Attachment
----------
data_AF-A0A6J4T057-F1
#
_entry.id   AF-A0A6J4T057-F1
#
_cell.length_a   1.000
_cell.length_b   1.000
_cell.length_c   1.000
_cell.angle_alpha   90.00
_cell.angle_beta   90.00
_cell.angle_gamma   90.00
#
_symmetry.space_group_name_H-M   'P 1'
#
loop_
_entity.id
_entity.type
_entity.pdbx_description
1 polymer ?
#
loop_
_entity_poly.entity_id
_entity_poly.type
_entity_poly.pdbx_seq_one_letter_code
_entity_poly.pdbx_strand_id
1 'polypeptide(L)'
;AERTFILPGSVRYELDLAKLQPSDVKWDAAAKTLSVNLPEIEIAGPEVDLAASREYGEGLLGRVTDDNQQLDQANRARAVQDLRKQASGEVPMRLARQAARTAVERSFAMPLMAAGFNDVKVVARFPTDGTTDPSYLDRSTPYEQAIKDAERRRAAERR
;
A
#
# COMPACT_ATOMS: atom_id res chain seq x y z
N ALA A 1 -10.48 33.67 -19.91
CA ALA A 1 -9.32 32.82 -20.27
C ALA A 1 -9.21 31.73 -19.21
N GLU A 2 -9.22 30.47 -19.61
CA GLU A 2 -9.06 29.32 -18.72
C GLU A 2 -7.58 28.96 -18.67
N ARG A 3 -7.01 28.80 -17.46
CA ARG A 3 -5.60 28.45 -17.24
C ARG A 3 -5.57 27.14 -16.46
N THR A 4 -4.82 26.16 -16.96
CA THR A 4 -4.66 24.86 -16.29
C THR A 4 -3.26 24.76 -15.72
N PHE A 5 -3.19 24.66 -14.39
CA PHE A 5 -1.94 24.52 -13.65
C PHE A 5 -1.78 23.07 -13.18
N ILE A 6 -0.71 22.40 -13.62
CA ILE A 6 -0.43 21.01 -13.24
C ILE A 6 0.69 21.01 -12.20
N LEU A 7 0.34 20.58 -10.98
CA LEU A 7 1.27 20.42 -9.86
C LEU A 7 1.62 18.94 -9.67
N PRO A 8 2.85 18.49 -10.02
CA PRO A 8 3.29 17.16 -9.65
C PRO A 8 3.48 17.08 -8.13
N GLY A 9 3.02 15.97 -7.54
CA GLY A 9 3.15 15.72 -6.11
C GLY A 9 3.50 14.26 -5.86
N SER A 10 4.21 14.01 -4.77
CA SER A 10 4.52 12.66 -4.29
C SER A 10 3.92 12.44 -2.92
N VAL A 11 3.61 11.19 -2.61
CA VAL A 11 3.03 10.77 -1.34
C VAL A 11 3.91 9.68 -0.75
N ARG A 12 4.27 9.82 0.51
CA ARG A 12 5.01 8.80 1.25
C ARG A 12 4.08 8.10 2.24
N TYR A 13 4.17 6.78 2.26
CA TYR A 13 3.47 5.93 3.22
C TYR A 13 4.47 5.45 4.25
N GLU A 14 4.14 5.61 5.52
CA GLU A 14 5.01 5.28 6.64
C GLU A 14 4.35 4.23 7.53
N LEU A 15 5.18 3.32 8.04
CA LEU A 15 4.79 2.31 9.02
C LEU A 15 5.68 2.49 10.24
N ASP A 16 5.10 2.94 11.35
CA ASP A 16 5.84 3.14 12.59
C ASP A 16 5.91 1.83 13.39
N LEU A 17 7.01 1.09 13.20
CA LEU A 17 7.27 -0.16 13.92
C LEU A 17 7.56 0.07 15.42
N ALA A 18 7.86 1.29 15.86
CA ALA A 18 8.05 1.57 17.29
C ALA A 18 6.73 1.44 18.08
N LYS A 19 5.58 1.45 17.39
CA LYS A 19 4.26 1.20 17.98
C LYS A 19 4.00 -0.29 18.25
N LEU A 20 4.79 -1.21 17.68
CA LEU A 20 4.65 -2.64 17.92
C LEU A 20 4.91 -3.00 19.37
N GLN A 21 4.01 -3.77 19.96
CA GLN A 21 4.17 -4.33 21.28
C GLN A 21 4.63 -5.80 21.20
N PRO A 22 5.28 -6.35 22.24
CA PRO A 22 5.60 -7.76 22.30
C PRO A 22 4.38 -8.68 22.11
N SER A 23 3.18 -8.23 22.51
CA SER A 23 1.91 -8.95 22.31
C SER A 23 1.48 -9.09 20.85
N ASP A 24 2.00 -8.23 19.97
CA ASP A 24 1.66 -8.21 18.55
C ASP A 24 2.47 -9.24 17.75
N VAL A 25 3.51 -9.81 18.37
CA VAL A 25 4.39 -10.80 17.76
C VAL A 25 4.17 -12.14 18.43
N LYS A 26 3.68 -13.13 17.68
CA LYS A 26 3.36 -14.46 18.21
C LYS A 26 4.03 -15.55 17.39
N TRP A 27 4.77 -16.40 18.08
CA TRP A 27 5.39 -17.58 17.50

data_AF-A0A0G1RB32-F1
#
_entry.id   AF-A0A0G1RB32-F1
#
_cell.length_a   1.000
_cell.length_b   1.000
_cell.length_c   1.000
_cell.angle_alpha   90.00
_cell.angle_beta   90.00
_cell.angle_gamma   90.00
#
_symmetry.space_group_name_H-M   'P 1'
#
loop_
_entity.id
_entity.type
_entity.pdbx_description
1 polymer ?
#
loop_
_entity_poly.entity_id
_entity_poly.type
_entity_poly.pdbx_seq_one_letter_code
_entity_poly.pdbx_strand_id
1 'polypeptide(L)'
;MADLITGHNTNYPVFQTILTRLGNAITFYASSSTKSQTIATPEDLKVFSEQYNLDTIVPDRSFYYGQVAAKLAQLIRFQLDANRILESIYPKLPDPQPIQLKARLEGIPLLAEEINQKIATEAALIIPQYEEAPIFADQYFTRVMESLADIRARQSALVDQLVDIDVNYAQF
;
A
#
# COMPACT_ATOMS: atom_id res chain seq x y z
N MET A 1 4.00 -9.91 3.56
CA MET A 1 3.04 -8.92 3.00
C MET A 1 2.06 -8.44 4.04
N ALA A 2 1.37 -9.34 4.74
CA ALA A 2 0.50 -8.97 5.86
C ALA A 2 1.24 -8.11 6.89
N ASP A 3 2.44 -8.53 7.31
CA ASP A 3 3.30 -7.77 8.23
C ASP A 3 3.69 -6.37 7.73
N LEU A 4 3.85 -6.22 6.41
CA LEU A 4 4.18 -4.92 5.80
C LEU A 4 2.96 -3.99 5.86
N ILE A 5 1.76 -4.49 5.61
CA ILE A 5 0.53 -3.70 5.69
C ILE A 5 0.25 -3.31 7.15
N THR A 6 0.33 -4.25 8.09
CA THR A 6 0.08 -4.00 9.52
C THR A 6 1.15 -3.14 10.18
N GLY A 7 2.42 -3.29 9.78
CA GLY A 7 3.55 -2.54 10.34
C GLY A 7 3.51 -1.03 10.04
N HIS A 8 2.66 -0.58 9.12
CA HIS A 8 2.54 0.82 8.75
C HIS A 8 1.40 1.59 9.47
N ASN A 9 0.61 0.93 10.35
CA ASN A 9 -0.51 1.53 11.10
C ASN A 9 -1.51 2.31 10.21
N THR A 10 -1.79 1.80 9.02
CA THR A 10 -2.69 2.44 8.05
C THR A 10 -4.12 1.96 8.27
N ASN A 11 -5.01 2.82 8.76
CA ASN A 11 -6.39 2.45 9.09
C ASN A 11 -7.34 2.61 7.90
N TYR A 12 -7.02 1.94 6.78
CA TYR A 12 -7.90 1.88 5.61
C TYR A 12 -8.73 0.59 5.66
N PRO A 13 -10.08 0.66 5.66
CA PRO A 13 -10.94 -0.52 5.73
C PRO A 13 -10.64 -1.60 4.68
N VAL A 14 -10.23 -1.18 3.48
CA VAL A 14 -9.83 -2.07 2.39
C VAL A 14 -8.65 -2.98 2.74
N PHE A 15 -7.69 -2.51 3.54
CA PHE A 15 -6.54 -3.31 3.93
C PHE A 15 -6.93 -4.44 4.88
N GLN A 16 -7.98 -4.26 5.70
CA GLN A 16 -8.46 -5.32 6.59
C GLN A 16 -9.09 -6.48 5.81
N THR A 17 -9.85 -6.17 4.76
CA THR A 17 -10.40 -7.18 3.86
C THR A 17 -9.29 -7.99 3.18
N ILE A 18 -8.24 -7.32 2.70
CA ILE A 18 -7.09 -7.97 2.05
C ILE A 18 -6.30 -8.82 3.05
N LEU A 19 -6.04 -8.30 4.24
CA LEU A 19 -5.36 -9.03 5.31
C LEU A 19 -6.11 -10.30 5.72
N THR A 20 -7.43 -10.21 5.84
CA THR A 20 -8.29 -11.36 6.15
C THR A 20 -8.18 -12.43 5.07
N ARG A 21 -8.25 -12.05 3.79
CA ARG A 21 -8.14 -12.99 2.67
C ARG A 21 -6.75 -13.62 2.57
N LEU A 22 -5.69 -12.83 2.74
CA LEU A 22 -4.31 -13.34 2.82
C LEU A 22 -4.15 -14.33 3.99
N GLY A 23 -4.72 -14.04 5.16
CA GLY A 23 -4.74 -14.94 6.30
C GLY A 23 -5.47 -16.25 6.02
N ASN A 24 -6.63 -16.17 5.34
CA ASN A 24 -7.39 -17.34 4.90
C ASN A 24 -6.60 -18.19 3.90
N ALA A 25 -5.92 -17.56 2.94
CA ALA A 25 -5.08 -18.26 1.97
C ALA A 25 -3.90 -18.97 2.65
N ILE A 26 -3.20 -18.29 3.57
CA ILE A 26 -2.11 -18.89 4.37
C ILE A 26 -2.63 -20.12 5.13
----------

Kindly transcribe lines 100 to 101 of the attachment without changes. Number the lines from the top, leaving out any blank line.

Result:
N ASP A 24 2.00 -8.23 19.97
CA ASP A 24 1.66 -8.21 18.55